Younger Kids and Motivation

Crying Girl

Yesterday, Childhood Obesity News discussed how Dr. Pretlow was interviewed for a school assignment by 13-year-old Heidi Zahnleuter. In the finished paper, she writes of the importance of motivation:

The key factor to losing weight is to be motivated. Many children and teens cannot motivate themselves for long enough to lose weight. In order to slim down, there needs to be motivation present in the child or teen.

One of Heidi’s other sources for her assignment was an article published by the American Academy of Child & Adolescent Psychiatry that includes the line, “Lasting weight loss can only occur when there is self-motivation.” This emphasizes that the word “self” is all-important. True motivation can only come from within.

For instance, in speaking of obese teens who signed up for a weight-loss study yet participated with less than 100% enthusiasm, Dr. Pretlow concluded that some participants may have signed up just to get their parents off their backs. They wanted plausible accountability; to be able to say “Well, I tried…” even though it was evident that they didn’t try very hard.

This is the problem with second-hand motivation, or motivation once removed, or borrowed motivation — it could be called many things, but the problem is, it can seem like nagging, bullying, blaming, shaming, etc. It might even be any of those things.

When the STOP Obesity Alliance published its policy recommendations, #3 was this:

Address and Reduce Stigma as a Barrier to Improving Health Outcomes
There is no evidence that stigmatizing overweight and obese individuals motivates them to lose weight…. Personal responsibility for behavior change is critical to successful sustained weight loss. But, until recently, the discussion of personal responsibility has been the beginning and the end of the obesity debate.

What some call “recognizing the role of personal responsibility,” others call “blaming,” and the minute they catch a whiff of it, they’re outta here. There is nothing wrong with personal responsibility per se, as many people do eventually come to realize. But when the concept of personal responsibility is packaged as blame or shame, all usefulness goes out the window. Even when a health care professional is equipped with credentials, experience and the most sincere intentions to help, it is still not possible to graft motivation onto another person.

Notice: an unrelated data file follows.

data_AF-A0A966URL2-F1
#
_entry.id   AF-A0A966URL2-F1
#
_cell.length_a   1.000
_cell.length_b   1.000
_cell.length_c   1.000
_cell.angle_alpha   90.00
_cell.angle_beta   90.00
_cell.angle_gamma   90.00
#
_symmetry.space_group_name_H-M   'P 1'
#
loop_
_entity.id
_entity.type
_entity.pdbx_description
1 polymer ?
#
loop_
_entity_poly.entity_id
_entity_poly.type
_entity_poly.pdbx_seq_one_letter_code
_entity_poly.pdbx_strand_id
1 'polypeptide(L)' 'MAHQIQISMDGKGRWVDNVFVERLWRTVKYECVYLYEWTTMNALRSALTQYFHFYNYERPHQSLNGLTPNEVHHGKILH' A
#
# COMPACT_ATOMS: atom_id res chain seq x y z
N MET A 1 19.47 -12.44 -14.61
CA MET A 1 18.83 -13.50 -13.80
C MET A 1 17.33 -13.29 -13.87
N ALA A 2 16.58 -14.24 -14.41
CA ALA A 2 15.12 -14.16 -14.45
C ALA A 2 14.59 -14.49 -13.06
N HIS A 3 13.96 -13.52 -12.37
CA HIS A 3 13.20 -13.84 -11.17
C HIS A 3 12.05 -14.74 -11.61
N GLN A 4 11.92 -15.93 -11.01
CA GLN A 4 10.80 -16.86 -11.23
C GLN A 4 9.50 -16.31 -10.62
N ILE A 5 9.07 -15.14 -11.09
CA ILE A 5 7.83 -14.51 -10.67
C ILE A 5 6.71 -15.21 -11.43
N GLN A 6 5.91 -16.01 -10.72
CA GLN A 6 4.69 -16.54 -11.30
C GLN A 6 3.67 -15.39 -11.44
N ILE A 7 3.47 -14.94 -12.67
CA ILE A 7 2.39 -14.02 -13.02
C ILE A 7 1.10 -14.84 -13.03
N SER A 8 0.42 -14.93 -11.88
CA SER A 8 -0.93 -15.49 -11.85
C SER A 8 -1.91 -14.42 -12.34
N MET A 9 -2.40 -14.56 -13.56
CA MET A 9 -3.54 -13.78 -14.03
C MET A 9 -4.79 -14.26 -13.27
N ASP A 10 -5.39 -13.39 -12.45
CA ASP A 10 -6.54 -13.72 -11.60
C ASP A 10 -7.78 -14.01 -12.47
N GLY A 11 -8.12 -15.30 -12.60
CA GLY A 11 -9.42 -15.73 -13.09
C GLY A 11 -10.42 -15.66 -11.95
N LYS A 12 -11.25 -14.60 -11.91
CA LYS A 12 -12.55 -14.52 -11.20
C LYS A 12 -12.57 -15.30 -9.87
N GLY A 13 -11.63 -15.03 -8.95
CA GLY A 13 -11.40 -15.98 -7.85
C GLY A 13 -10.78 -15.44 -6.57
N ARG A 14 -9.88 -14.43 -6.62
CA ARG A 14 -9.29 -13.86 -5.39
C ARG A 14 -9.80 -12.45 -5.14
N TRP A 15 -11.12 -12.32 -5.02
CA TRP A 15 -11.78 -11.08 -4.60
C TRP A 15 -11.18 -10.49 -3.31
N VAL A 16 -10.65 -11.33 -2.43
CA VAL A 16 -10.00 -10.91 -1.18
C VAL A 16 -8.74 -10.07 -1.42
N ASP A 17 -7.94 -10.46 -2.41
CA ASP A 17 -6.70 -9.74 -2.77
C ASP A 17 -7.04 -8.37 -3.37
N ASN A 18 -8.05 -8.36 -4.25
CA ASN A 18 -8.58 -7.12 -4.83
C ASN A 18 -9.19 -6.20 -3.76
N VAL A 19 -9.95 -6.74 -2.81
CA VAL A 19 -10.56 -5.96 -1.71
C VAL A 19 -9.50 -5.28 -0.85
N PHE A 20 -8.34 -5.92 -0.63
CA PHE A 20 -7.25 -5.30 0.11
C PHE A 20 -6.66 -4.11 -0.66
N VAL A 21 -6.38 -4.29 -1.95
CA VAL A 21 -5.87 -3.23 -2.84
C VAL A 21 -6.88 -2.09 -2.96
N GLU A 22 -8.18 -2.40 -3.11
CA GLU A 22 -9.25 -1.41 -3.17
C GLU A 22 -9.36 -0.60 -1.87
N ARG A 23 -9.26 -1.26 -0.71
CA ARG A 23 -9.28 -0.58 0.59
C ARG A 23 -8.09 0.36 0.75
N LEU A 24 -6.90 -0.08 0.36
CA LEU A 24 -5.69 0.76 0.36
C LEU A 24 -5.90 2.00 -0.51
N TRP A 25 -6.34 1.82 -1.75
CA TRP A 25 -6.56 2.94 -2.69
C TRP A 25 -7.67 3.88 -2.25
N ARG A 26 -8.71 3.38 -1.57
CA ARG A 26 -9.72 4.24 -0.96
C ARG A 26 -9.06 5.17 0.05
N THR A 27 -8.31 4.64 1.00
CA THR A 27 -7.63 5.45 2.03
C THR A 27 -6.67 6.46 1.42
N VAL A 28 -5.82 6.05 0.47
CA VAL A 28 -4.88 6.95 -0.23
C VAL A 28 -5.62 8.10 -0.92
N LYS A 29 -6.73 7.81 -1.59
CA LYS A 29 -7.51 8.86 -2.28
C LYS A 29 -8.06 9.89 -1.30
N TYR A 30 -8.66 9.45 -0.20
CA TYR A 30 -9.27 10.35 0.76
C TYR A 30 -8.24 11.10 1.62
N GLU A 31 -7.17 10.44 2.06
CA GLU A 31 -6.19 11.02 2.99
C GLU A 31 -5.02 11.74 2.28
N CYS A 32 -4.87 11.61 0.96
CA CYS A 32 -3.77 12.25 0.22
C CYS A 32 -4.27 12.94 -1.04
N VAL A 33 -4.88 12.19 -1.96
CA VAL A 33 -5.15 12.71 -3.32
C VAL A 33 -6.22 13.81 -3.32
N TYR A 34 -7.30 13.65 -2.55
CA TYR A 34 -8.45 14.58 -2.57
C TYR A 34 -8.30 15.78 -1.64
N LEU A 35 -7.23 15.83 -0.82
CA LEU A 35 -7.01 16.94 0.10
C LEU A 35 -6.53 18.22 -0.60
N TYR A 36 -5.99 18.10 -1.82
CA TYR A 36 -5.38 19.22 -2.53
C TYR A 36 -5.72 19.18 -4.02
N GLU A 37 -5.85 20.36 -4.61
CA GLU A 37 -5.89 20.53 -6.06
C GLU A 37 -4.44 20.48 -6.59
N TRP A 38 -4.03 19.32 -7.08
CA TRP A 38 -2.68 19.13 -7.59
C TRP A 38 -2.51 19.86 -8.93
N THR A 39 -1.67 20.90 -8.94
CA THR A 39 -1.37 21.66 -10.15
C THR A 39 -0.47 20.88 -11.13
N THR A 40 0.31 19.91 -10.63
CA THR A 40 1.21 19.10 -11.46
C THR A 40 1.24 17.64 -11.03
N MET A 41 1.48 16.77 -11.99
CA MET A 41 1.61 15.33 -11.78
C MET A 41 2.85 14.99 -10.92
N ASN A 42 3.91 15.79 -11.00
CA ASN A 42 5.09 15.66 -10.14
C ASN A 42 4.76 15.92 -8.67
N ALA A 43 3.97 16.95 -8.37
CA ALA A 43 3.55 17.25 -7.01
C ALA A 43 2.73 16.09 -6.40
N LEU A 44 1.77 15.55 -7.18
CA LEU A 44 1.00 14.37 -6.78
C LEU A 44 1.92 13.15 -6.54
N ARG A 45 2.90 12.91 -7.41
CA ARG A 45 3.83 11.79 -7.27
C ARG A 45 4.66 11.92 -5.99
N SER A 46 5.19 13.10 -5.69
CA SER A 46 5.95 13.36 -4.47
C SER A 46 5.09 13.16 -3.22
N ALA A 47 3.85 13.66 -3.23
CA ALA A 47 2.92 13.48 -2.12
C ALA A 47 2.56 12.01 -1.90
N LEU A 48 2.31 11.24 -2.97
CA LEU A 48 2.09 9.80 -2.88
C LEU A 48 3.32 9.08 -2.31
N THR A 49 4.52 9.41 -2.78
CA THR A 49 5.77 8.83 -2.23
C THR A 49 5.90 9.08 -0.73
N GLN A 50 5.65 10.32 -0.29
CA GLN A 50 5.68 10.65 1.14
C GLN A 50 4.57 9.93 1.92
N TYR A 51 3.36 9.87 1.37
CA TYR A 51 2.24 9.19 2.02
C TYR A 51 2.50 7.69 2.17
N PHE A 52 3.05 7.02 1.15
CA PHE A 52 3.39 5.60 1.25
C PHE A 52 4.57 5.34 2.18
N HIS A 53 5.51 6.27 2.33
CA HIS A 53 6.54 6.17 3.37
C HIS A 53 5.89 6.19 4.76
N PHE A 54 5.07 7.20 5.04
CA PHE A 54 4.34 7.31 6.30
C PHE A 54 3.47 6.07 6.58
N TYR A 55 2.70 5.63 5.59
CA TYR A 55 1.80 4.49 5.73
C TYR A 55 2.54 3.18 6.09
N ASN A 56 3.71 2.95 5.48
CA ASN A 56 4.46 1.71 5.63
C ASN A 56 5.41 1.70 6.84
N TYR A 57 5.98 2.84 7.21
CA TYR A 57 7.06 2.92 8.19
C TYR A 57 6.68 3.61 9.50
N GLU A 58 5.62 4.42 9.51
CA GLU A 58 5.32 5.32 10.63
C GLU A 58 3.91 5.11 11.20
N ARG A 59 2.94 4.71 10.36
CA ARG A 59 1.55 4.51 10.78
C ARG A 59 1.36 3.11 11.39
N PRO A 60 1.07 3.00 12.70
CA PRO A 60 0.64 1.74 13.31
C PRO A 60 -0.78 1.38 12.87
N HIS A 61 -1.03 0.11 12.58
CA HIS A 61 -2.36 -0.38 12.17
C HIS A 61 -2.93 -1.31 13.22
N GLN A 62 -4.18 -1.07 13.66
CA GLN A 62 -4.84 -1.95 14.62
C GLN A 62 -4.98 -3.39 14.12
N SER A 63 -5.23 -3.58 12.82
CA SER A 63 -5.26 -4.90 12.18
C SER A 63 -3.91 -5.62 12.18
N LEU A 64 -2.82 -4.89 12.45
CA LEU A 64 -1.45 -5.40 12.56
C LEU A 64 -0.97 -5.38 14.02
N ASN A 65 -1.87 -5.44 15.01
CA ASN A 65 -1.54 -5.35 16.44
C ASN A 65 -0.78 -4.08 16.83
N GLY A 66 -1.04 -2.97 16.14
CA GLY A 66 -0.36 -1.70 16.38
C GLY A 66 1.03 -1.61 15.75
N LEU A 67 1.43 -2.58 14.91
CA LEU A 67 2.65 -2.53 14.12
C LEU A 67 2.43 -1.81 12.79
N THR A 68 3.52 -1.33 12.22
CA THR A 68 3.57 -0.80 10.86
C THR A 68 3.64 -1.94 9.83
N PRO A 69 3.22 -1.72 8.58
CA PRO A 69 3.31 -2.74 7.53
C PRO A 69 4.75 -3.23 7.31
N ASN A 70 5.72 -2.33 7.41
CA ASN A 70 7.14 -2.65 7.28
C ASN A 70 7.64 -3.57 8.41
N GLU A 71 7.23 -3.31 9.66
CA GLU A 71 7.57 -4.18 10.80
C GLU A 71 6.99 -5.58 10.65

Your responses and feedback are welcome!

Source: “Obesity In Children And Teens,”, March 2011
Source: “Strategies to Overcome and Prevent (STOP) Obesity Alliance,” Policy Recommendations
Image by upyernoz

2 Responses

    1. Editor’s note: The image was chosen merely to illustrate the story, which does not refer directly in any way to the girl pictured. However, some parents have been known to underestimate a child’s weight or deny obesity even when it is present. Our post on the Goldilocks Syndrome explains just that. Goldilocks Syndrome

Leave a Reply

Your email address will not be published. Required fields are marked *

FAQs and Media Requests: Click here…

Profiles: Kids Struggling with Weight

Profiles: Kids Struggling with Obesity top bottom

The Book

OVERWEIGHT: What Kids Say explores the obesity problem from the often-overlooked perspective of children struggling with being overweight.

About Dr. Robert A. Pretlow

Dr. Robert A. Pretlow is a pediatrician and childhood obesity specialist. He has been researching and spreading awareness on the childhood obesity epidemic in the US for more than a decade.
You can contact Dr. Pretlow at:


Dr. Pretlow’s invited presentation at the American Society of Animal Science 2020 Conference
What’s Causing Obesity in Companion Animals and What Can We Do About It

Dr. Pretlow’s invited presentation at the World Obesity Federation 2019 Conference:
Food/Eating Addiction and the Displacement Mechanism

Dr. Pretlow’s Multi-Center Clinical Trial Kick-off Speech 2018:
Obesity: Tackling the Root Cause

Dr. Pretlow’s 2017 Workshop on
Treatment of Obesity Using the Addiction Model

Dr. Pretlow’s invited presentation for
TEC and UNC 2016

Dr. Pretlow’s invited presentation at the 2015 Obesity Summit in London, UK.

Dr. Pretlow’s invited keynote at the 2014 European Childhood Obesity Group Congress in Salzburg, Austria.

Dr. Pretlow’s presentation at the 2013 European Congress on Obesity in Liverpool, UK.

Dr. Pretlow’s presentation at the 2011 International Conference on Childhood Obesity in Lisbon, Portugal.

Dr. Pretlow’s presentation at the 2010 Uniting Against Childhood Obesity Conference in Houston, TX.

Food & Health Resources